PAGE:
The Brain Chip from Intel, The Fish That Saved Pittsburgh and George Romero
I suppose it was inevitable.
“Intel researchers in Pittsburgh told journalists today that brain implants are harnessing human brain waves to surf the Internet, manipulate documents, and much more.”
Well, thank you Intel. The modern age wasn’t quite scary enough. And contrary to what science fiction from the 1950s-1980s would have had us believe, the recipients of these chips are eager volunteers. As Hollywood has explained to me over the course of the last three decades, this will not end well.
Read both articles:
Intel: Chips in brains will control computers by 2020
and a review from ReadWriteWeb:
The Brain Chip Cometh, & It Cometh from Intel.
It is fitting that this is taking place in Pittsburgh (and yes, we are looking at you Carnegie Mellon University) as the whole chain of events will end like another Pittsburgh iconic event:
Am I the only one who really has purpose with horror films? I have no attraction to the genre whatsoever.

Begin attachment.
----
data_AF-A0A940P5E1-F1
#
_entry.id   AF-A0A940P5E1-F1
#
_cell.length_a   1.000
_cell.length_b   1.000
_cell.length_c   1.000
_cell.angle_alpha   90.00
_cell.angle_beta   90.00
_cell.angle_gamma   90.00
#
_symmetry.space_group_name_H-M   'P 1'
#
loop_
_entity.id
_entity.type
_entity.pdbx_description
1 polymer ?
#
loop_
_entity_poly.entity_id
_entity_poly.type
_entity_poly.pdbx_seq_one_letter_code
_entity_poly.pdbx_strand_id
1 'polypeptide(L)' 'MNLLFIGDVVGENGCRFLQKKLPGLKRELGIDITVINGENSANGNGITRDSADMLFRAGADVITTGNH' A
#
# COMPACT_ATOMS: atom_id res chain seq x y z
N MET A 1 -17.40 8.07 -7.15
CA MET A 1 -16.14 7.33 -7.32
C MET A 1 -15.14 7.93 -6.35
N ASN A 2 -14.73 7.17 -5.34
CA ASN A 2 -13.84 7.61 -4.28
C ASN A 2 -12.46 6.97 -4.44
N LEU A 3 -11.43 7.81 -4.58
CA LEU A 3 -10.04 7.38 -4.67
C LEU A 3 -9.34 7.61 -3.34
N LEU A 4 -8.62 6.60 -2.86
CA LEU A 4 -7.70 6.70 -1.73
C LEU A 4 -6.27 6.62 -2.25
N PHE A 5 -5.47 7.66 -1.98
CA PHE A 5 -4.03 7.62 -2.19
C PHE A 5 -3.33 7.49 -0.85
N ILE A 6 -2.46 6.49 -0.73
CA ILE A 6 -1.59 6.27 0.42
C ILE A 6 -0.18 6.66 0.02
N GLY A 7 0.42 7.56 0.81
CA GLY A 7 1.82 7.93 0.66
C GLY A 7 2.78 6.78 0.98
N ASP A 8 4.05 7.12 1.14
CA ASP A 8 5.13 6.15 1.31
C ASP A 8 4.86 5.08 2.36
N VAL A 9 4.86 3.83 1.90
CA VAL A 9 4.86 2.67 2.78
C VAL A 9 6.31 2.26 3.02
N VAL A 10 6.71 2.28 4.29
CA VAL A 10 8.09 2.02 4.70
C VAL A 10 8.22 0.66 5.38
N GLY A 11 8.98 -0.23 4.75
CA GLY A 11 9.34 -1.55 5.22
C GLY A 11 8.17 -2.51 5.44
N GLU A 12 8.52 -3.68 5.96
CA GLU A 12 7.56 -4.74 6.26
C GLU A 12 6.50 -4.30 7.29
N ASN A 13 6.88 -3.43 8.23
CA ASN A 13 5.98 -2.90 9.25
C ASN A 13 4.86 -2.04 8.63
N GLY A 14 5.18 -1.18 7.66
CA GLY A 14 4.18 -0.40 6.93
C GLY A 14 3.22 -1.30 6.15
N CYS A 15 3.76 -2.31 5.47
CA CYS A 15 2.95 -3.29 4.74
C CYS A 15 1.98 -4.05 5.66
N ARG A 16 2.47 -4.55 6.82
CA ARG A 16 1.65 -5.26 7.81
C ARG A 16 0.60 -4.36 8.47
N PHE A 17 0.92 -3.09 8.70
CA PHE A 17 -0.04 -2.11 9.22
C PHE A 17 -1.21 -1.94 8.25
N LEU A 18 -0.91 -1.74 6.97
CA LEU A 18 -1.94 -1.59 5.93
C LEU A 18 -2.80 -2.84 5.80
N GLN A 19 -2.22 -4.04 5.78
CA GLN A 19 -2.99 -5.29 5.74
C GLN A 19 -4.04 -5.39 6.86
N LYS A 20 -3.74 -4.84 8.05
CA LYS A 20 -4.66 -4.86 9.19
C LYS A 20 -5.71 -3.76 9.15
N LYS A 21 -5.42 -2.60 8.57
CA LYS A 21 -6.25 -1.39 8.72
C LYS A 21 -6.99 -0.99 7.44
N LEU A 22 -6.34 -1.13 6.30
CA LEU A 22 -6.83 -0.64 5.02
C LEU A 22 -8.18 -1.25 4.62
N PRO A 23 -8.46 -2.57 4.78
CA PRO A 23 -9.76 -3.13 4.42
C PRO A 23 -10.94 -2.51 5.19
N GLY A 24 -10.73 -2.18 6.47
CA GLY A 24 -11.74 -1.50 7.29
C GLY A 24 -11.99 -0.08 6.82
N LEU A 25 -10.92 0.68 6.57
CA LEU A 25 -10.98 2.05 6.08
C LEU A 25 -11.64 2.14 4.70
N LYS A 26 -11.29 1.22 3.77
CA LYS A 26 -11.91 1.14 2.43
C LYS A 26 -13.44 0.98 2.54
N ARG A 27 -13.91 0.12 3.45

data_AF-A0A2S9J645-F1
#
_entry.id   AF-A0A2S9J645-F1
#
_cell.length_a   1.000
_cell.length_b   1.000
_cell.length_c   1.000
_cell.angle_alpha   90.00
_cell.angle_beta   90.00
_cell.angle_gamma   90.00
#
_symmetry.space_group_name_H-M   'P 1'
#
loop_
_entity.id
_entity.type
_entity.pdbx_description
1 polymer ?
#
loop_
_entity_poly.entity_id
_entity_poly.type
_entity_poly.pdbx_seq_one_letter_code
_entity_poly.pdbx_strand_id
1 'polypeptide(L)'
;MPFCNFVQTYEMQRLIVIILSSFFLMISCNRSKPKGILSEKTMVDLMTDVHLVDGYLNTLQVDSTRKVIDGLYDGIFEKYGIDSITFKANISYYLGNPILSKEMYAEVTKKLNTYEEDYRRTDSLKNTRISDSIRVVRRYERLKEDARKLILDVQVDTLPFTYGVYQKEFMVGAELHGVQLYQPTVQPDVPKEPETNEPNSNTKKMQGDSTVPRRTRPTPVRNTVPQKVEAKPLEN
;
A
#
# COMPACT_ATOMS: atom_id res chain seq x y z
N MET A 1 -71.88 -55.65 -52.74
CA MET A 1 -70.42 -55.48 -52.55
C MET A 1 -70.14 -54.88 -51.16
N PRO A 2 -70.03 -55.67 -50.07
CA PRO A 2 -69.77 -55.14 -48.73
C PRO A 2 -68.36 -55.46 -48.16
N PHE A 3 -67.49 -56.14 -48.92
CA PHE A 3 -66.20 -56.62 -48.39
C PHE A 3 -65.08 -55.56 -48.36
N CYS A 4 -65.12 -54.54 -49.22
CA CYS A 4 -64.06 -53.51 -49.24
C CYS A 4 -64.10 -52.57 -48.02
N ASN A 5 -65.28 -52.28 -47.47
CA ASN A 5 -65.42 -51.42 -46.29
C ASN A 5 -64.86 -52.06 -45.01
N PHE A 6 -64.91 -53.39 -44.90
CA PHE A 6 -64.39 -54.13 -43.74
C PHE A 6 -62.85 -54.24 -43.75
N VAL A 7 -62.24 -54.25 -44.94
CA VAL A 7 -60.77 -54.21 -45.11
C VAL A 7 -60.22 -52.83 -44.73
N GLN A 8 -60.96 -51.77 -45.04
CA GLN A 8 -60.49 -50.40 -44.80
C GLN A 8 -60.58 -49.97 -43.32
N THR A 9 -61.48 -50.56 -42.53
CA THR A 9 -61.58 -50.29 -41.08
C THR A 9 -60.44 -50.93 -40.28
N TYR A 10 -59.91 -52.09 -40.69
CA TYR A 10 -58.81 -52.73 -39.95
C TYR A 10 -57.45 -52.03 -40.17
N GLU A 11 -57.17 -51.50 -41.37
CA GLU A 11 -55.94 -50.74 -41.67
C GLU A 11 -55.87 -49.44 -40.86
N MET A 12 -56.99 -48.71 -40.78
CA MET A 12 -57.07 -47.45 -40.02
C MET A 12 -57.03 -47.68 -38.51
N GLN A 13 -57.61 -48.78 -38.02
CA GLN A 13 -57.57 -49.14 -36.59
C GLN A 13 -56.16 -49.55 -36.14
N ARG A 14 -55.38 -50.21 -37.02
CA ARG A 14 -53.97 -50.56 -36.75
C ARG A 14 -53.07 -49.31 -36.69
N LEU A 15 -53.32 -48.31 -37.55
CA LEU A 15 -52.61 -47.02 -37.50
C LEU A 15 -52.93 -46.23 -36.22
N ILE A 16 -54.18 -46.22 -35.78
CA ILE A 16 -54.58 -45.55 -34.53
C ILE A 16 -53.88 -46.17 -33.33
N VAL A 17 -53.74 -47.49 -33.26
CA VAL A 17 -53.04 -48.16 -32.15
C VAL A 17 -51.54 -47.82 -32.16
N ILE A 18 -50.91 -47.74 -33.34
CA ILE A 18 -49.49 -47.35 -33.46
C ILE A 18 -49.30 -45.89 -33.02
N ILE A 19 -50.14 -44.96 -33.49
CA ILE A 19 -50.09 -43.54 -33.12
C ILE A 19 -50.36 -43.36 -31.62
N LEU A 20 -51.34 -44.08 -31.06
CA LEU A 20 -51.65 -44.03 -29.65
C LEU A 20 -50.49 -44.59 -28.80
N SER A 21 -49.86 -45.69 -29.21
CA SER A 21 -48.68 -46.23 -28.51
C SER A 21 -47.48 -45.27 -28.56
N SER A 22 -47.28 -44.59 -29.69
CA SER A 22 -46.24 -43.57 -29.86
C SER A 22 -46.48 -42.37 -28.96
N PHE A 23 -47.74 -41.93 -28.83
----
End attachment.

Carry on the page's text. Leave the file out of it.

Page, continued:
But I suppose we can be optimistic and hope this Intel brain chip business turns out to be a different take on the Pittsburgh legend, a la The Fish That Saved Pittsburgh.
I dare you not to watch that addictive clip all the way through.
On a side note, is this not the most delicious Wikipedia entry of all time (from George Romero’s biography):
Romero attended Pittsburgh’s Carnegie Mellon University. After graduating in 1960, he began his career shooting short films and commercials. One of his early commercial films, a segment for Mister Rogers’ Neighborhood in which Mr. Rogers underwent a tonsillectomy, inspired Romero to go into the horror film business.
Mr. Rogers’ tonsillectomy unleashed all the Zombies. The Fish That Saved Pittsburgh. Wait, what was this post about originally?
Oh yeah, brain chips from Intel. Bum. Bum, Bum, Bum, Bum!